One of the projects of the quasi-government think tank the RAND corporation shortly after its formation in the 1940s was research into the generation of random numbers.
This generated the publication of a book that seems like a great choice for any true weirdo on your holiday list: The 1955 hardcover A Million Random Digits with 100,000 Normal Deviates.
Need I say that, unless you’re a “true random numbers” geek, the book is for practical purposes what it promises to be? According to Wikipedia, “It was produced starting in 1947 by an electronic simulation of a roulette wheel attached to a computer, the results of which were then carefully filtered and tested before being used to generate the table.”
Not being a computer wonk, I have to imagine that the publication of the book in 1955 seems less bizarre to computer people than it does to me. What I do know is what Tom Jennings’ page on the book tells me:
If you’re not excessively math literate, you’ll have to accept at face value that truly random numbers are not only excruciatingly useful, but extremely hard to produce. So-called “Monte Carlo” techniques, where a random starting point is chosen for working out a problem, require them. Basically, numbers are random when the next number in a series is completely unpredictable, like tossing a coin. In other words, there is no information contained in one number that can be used to determine the value of the next, or previous.
Viewed another way…
Mathematical tables are essentially distilled information and order, human intellectual production of the finest kind, selfless and pure.
…on which assertion I remain neutral, as I do on the difference between true randomness and pseudorandomness, which becomes incredibly important in fields like cryptography, and in some computing applications. Random.org has an Introduction to Randomness, which is not nearly as Monty Python as I hoped.
By the way, the RAND book has a $90 cover price and it’s running $121 and up for a collectible hardcover of the 1955 edition, so if you’re considering a copy as a holiday gift, I hope your recipient really likes random numbers, or you’re billing the Department of Defense.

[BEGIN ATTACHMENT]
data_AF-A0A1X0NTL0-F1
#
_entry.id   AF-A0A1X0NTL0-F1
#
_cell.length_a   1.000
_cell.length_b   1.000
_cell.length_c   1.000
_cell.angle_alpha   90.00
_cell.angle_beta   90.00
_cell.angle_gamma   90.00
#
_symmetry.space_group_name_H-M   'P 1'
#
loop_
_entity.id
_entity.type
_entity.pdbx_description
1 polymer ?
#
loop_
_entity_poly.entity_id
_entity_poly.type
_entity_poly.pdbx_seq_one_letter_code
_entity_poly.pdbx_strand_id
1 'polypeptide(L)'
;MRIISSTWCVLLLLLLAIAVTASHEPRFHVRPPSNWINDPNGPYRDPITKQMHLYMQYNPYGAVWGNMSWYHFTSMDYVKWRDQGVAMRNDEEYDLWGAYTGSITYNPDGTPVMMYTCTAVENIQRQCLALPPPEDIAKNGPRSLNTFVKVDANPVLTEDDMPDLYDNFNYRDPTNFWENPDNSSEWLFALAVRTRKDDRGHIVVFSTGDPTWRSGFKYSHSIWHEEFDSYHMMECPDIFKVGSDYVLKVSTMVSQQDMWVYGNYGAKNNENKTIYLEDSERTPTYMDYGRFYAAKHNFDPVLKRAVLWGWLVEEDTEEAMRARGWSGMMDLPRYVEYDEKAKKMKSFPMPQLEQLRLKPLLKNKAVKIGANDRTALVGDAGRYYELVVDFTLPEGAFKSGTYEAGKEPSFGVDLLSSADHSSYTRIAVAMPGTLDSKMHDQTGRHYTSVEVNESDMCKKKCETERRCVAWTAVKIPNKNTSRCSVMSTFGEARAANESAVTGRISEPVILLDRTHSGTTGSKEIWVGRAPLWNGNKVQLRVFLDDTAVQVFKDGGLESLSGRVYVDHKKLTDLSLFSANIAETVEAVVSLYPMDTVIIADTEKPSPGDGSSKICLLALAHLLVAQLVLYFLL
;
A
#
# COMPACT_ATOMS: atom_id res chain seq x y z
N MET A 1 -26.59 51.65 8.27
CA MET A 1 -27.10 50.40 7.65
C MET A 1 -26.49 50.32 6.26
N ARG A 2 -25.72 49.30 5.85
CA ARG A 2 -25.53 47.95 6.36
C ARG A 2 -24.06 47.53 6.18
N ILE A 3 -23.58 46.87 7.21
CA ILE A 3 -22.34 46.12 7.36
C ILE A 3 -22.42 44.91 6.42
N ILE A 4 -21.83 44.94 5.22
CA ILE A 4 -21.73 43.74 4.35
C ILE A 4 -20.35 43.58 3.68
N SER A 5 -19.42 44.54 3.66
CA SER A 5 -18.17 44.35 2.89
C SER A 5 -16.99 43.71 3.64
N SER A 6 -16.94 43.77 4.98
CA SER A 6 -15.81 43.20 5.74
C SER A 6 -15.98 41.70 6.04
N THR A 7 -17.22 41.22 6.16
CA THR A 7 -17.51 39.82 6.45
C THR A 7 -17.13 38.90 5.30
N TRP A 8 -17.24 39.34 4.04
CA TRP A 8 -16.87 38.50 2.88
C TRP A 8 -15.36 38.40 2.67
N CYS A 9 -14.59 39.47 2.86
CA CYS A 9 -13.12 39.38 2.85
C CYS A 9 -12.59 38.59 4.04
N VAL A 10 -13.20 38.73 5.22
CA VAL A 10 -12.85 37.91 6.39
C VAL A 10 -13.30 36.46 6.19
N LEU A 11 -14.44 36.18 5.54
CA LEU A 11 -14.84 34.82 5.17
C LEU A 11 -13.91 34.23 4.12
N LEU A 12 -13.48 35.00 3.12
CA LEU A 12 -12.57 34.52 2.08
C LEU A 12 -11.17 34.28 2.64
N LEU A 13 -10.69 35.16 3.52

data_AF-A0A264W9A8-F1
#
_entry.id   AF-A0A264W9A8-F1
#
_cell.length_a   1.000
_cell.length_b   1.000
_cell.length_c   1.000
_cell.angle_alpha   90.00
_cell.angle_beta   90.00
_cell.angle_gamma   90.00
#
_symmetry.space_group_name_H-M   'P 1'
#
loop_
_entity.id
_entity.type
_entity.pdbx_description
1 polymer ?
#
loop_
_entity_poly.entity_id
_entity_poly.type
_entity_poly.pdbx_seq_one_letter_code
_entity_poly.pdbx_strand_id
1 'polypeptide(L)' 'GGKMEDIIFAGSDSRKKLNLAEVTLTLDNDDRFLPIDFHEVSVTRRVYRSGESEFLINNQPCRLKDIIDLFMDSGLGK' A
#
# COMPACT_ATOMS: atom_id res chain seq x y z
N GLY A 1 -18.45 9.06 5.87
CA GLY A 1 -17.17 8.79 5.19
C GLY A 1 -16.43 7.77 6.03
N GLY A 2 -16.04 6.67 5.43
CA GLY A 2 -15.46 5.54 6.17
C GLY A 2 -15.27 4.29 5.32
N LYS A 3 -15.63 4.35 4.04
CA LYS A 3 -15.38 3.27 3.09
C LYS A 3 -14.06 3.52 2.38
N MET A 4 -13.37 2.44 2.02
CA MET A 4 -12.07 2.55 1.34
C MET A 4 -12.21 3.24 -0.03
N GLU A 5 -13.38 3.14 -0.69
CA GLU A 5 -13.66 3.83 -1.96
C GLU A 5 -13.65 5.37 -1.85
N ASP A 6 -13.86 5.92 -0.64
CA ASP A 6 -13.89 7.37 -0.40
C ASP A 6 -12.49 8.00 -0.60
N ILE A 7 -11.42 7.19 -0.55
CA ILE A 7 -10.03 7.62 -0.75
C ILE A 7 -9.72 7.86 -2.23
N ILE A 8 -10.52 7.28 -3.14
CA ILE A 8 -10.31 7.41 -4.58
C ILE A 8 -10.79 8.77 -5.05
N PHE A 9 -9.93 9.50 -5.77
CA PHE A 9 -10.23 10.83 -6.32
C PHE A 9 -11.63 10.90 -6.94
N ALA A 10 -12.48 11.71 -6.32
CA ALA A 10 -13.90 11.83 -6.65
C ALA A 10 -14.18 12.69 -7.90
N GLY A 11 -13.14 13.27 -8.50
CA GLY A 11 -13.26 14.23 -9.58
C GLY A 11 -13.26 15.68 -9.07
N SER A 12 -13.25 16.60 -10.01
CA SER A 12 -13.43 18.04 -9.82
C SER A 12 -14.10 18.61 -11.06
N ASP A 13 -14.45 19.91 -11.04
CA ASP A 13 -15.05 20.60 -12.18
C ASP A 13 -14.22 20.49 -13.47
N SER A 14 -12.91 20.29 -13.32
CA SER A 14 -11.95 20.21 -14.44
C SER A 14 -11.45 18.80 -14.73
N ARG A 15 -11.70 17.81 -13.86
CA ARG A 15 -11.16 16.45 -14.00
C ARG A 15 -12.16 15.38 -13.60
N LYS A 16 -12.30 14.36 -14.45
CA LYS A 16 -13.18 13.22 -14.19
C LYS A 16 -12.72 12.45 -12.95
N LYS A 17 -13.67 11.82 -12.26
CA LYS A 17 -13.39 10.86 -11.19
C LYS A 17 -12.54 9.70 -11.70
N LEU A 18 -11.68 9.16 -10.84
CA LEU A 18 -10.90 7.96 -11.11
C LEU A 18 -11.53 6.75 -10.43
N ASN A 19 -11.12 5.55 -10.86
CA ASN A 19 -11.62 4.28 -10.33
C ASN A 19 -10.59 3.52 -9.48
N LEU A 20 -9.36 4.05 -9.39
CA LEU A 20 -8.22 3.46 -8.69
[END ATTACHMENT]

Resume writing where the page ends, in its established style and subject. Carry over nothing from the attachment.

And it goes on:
But, having primarily aesthetic interests, that’s not what I give a damn about anyway. What I love are the Amazon reviews of the book’s 2001 paperback reissue, like this one by “Roy“:
If you like this book, I highly recommend that you read it in the original binary. As with most translations, conversion from binary to decimal frequently causes a loss of information and, unfortunately, it’s the most significant digits that are lost in the conversion.
Or this somewhat more subtle nerd-joke, by BJ from Waltford, England:
For a supposedly serious reference work the omission of an index is a major impediment. I hope this will be corrected in the next edition.
…or from Fuat C. Baran:
A great read. Captivating. I couldn’t put it down. I would have given it five stars, but sadly there were too many distracting typos. For example: 46453 13987. Hopefully they will correct them in the next edition.
At first, I was overjoyed when I received my copy of this book. However, when an enemy in my department showed me HER copy, I found that they were the OPPOSITE of random – they were IDENTICAL.
Then there’s the ones that seem like the might either be making a Math Nerd Joke obscure enough that I can’t decipher it, or they might be totally serious, like this one from B. McGroarty:
The book is a promising reference concept, but the execution is somewhat sloppy. Whatever algorithm they used was not fully tested. The bulk of each page seems random enough. However at the lower left and lower right of alternate pages, the number is found to increment directly.
Then there’s the ones that aren’t serious, but hit a little too close to reality. Take, for instance, R. Rosini’s review:
While the printed version is good, I would have expected the publisher to have an audiobook version as well. A perfect companion for one’s Ipod.
Which is kinda funny that R. Rosini should mention that, y’know? ‘Cause while “R” may have to wait a while to pick up the audio of this book, perhaps “You Might Also Like” some of the weirder projects over at public-domain audiobook portal Librivox?
For instance, check out the captivating The Golden Mean to 5,000 Digits, or the LOLZ-a-minit recordings of the first 50 digits of Pi, interpreted by Librivox volunteers in the style of a “Captain’s Log” from Star Trek, “Previously on 24,” as dispatches from the Cylons, the Daleks, and more.
If that whets your appetite for Pi recitations, perhaps you’ll want to give up your addiction to the Father Brown mysteries and enjoy the whole first thousand digits of Pi, in Librivox’s Insomnia Collection Vol. 1.
Oh, also, the RAND corporation? Some people think they’re kinda creepy…I dunno. What do you think? How creepy can a place be if it generated the idea for the neutron bomb?